As NIH heads to clinic with photon-counting CT, Hitachi and Redlen partner to develop one
The Clinical Center at the National Institutes of Health (NIH) said last month that it would test a photon-counting CT scanner for the first time on humans. This is the first hospital-based research of this sort of device with more than 45 participants enrolled in the trial. The NIH noted that only three sites globally use this sort of technology.
The prototype technology is expected to offer the image quality of conventional CT scanning, but also offer a better look inside the body through multi-energy imaging. It also offers only a minimum dose of radiation. The expectation is that this sort of tech will enable more detailed views of tumors, plaques or vessels smaller than a half a millimeter and that it can more accurately identify soft tissues such as proteins, tendons or collagen.
Now, imaging specialist Hitachi Medical has partnered with Canadian startup Redlen Technologies to develop the direct conversion semiconductor x-ray detector module necessary to create one of these new photon counting computed tomography systems (PCCT). Founded in 1999, Saanichton, BC-based Redlen manufactures high resolution Cadmium Zinc Telluride (CZT) semiconductor radiation detectors for use across industries including medical imaging, security and nondestructive testing.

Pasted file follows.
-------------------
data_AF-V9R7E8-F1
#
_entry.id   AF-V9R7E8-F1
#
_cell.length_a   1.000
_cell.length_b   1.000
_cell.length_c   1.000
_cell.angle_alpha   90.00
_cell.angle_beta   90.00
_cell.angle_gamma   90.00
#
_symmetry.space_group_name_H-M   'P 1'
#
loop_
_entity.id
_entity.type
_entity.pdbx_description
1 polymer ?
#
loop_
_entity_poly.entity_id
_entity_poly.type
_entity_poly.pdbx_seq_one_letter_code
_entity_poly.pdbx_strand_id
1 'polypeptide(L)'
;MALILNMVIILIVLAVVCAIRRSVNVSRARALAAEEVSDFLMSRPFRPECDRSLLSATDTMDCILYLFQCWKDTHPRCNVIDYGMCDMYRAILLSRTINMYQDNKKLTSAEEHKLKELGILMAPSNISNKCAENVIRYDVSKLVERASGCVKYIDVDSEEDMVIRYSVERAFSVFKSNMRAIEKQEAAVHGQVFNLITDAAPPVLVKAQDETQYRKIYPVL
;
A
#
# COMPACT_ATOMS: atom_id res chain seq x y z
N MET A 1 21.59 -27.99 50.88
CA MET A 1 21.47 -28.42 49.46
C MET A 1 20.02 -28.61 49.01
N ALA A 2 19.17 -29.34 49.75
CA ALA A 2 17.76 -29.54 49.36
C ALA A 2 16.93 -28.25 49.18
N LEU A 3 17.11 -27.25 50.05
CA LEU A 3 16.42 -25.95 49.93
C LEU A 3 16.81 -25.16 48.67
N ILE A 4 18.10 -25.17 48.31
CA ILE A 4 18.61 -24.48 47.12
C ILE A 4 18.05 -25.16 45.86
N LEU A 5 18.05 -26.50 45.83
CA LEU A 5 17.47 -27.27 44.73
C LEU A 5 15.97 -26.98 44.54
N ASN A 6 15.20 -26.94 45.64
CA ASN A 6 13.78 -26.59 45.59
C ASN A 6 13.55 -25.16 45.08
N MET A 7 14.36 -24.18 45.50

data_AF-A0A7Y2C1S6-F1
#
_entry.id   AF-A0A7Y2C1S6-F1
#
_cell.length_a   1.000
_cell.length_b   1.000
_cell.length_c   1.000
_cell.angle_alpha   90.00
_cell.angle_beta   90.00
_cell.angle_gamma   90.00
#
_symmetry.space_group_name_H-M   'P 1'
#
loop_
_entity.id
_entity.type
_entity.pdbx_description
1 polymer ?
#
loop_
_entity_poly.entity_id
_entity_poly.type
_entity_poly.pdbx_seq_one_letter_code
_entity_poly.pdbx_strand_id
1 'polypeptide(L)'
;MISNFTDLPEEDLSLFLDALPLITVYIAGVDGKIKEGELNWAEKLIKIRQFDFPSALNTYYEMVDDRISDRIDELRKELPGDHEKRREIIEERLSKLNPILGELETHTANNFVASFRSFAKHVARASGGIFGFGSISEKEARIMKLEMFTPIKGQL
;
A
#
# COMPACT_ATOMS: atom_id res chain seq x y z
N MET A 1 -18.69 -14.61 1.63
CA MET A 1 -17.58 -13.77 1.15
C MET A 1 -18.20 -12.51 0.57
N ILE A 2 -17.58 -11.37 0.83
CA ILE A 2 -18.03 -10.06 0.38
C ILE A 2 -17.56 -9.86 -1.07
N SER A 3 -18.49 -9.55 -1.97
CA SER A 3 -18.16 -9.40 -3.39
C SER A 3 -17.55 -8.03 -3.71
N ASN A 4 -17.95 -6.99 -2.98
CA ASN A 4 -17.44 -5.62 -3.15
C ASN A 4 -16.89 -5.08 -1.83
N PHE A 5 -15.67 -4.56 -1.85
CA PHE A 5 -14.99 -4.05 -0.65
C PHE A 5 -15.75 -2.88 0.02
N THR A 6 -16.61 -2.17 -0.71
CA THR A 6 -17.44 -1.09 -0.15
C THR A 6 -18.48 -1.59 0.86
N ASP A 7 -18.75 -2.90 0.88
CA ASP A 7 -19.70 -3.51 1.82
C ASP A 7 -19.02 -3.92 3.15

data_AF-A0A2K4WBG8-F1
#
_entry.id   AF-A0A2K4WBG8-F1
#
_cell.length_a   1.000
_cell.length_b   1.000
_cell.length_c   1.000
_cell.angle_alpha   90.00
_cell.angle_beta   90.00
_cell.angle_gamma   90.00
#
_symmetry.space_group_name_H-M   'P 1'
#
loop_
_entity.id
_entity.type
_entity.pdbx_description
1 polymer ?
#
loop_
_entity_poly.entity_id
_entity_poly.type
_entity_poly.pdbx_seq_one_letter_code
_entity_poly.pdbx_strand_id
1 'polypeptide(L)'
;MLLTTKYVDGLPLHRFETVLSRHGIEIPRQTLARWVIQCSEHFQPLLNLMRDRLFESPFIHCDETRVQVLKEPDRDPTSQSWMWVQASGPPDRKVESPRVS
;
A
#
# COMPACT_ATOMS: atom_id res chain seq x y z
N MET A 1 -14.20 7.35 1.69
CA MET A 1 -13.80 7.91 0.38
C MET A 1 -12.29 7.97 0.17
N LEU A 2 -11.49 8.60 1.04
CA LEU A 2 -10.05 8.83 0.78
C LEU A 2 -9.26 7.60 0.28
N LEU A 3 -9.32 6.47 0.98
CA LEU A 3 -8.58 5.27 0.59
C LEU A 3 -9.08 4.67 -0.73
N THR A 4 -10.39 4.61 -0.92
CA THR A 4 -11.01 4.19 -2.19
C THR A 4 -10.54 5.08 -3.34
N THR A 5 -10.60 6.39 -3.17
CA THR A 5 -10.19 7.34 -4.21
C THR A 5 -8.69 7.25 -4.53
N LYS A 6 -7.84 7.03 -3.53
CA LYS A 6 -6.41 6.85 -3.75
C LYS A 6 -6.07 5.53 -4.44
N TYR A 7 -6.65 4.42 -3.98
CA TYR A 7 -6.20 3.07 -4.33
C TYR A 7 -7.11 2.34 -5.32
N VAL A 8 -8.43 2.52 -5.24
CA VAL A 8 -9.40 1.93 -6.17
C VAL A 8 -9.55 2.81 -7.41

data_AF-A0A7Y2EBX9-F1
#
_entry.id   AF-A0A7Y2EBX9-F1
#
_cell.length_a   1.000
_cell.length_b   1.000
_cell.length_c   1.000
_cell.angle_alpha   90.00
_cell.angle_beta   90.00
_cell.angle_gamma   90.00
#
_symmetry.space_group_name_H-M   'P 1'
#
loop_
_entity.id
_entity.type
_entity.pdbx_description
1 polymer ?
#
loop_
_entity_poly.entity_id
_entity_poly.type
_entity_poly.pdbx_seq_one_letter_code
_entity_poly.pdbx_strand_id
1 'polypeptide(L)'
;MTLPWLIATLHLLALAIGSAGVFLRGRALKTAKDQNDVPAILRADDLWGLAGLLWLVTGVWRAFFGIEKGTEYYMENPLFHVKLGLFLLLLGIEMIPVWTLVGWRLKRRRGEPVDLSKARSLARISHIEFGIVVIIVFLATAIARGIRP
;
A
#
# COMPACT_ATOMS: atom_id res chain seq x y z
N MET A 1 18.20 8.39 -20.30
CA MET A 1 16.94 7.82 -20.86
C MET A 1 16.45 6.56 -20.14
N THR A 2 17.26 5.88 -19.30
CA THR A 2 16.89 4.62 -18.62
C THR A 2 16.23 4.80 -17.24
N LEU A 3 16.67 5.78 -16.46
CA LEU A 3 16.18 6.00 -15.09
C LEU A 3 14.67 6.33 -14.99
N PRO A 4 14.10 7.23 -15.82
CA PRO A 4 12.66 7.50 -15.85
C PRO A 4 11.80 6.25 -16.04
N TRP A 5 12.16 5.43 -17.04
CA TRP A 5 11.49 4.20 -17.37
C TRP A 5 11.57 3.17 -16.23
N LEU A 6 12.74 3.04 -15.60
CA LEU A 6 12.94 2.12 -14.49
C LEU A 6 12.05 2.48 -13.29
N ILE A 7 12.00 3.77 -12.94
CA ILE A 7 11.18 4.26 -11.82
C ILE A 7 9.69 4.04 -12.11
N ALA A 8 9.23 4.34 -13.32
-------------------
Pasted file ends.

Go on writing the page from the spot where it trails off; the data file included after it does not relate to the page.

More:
"PCCT is a promising next generation device which achieves radiation exposure reduction, high functionality and high degree of precision. It is expected to broaden the field of application," Masaya Watanabe, Hitachi VP and president and CEO of the Healthcare Group, said in a statement. "I hope this agreement will provide opportunities for us to further contribute to healthcare innovation."
The partners expect that photon counting CT systems will offer new capabilities including material discrimination, much higher image resolution and functional imaging--all with a further reduction of dose radiation.
Redlen has developed semiconductor radiation sensors that are able to measure the unique energy of individual x-ray photons, while still operating at very high count rates and stability levels. Hitachi will have exclusive use of the co-developed detector modules based on these sensors.
As for the NIH, it's made a major commitment to photon counting CT technology; its clinical testing is expected to extend for five years under the direction of Dr. David Bluemke, the chief of the Department of Radiology and Imaging Sciences. The Clinical Center at the NIH expects to be able to develop scan protocols and image processing algorithms, as well as to improve screening, imaging, and treatment planning for indications including cancer and cardiovascular disease.
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